Northern Goshawk Astur atricapillus atricapillus

Left, adult; right, immature

Length: male, 22 inches; female, 24 inches. Spread of wings, 43 to 47 inches.
About the same proportions as the Sharp-shinned Hawk and Cooper's Hawk. Color above, bluish-slate; below, white.
American Goshawk; Blue Hen Hawk; Blue Darter; Partridge Hawk; Dove Hawk; Chicken Hawk.
Top and back of head, black, the white under surface of the feathers much exposed on back of head; a broad conspicuous white stripe over eye extending to back of head, finely streaked with black; rest of upper parts, uniform bluish-slate; tail, darker and barred by five broad faintly defined bands of blackish and tipped with whitish; primaries, dusky slate; lores and cheeks, dull grayish-white; lower parts, white, everywhere except on throat and lower tail-coverts traversed with numerous narrow bars of slaty color, more broken on the breast, more regular on flanks and thighs; chin, throat, and cheeks with very fine black shaft lines; these shaft lines also evident on rest of under parts;bill, dark-bluish horn color; iris, red; cere, legs, and feet, yellow; claws, black.
Young: Above, dark brown, the feathers margined with rusty, this color changing on neck and shoulders to whitish or dull buffy; wings and tail, barred with dusky and light brown; under parts, yellowish-white thickly marked with lance or drop-shaped dark brown streaks; tail more strongly barred than adult's; a broader white tip; cere and feet, duller yellow; iris, yellow; bill, more brownish.
Usually in a conifer at a great height and in the most inaccessible depths of evergreen woods; constructed of sticks, twigs, weed stalks, and leaves, and lined with strips of bark, grass, and hemlock twigs.
2 to 5, pale bluish-white, sometimes faintly spotted with pale buffy-brown but normally immaculate.
North America; breeds from northwestern Alaska, northwestern Mackenzie, central Keewatin, and northern Ungava south to Michigan and New Hampshire, and in the mountains south to Pennsylvania and New Mexico; winters from Alaska and the southern Canadian Provinces south to northern Mexico, Texas, Oklahoma, Missouri, Indiana, and Virginia; accidental in England.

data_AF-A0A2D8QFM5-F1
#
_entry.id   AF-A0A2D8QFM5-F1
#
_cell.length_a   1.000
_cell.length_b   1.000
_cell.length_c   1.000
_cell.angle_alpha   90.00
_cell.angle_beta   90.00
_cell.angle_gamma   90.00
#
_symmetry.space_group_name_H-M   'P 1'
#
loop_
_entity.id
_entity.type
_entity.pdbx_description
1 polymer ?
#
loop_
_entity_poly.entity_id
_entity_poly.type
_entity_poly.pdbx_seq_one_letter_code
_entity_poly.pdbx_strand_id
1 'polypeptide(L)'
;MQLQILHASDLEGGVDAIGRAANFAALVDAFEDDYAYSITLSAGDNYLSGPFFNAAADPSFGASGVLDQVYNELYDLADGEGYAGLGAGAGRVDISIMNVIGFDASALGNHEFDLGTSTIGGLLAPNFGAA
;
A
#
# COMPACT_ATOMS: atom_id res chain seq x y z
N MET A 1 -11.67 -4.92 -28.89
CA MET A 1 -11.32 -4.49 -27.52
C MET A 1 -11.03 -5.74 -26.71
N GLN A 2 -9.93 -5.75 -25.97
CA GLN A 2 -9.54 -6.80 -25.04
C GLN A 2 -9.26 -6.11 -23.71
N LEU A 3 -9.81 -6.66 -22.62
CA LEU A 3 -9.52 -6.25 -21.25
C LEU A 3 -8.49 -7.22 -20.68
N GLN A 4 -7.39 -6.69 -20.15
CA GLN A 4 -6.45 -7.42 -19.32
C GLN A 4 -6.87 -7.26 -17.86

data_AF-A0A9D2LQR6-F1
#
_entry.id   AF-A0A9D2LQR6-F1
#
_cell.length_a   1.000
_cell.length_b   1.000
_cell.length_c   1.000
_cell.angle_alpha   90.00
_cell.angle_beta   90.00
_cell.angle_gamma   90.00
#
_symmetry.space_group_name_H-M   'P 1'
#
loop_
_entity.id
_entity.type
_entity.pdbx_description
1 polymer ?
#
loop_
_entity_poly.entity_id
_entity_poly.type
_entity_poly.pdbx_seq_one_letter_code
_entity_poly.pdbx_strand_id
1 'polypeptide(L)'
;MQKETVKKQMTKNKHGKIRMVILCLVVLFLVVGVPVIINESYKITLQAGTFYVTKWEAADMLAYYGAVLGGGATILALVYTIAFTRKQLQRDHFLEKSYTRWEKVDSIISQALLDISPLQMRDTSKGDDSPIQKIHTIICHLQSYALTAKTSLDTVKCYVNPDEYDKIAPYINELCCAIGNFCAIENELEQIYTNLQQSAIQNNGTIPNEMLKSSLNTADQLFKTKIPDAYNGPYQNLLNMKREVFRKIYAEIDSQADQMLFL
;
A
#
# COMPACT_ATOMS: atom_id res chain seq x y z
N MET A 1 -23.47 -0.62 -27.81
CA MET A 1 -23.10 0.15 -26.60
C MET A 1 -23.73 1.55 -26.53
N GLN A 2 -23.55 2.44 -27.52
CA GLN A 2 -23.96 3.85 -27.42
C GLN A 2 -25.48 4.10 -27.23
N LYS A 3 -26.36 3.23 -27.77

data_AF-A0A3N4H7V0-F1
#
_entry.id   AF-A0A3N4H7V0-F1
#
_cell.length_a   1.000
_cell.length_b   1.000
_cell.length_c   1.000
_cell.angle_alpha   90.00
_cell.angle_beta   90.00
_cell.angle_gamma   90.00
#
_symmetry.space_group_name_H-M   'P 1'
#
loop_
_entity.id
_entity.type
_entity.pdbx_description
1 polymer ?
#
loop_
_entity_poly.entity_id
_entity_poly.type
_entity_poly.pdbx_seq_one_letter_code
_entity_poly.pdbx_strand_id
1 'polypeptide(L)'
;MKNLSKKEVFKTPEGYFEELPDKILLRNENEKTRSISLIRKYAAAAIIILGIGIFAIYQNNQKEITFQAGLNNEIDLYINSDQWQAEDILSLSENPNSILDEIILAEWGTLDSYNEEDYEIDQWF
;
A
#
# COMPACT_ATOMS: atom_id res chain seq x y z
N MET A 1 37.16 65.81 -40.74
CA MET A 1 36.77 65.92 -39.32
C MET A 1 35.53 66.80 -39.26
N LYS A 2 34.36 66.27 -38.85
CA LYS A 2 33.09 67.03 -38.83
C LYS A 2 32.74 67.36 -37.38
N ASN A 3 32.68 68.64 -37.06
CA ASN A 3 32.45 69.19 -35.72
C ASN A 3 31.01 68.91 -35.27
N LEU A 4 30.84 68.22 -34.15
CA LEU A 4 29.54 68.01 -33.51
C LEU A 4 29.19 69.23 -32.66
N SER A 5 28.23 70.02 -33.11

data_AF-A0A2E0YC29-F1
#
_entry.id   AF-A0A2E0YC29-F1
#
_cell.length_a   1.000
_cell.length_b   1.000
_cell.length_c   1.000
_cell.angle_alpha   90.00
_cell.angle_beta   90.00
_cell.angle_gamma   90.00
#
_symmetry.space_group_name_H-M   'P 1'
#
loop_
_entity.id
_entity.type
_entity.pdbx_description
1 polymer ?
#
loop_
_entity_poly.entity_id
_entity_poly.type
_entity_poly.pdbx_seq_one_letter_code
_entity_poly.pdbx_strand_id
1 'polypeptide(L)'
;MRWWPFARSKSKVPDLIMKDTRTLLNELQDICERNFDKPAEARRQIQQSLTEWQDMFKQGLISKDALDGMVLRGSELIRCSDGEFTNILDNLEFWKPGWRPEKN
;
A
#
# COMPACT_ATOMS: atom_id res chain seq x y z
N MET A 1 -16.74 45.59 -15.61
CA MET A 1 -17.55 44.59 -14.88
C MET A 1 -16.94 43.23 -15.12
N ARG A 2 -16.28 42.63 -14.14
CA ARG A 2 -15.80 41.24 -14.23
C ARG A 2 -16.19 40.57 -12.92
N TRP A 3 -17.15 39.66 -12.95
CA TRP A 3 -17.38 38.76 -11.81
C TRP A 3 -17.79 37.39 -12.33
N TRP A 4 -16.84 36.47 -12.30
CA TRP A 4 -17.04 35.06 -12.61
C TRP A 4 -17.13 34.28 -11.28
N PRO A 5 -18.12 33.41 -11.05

It is fortunate for the American hen that the Goshawk resides mostly north of the United States, migrating southward only in winter when its toll from the poultry yard is necessarily limited because the birds are confined to their houses. It is the most destructive of the Hawks to game birds, the Ruffed Grouse suffering particularly from its depredations.
Swift in attack, its flight is even and thus an easy target for hunters; its death is often accomplished with a rifle in the hands of a fair shot. Like most Raptores, hunger deprives it of caution. It will follow a hunter and snatch a wounded bird almost from beneath the hunters feet, although this performance may mean its own destruction. Unless the adult is hungry, young Goshawks are more audacious than their elders and because of their brownish plumage their deeds are frequently attributed to the harmless Red-tail.
The Goshawk is the most symmetrical and clean-cut of all its family not excepting even the Peregrine Falcon. Its destructiveness cannot obliterate the appreciation its prowess arouses.
The Western Goshawk (Astur atricapillus striatulus) differs in having the markings of the under parts much more numerous; the upper parts are darker and incline to blackish on the back. This form inhabits the Arctic parts of the Pacific coast and breeds from Alaska south to the Sierra Nevadas of California. In winter it may be found in southern California and east to Colorado.

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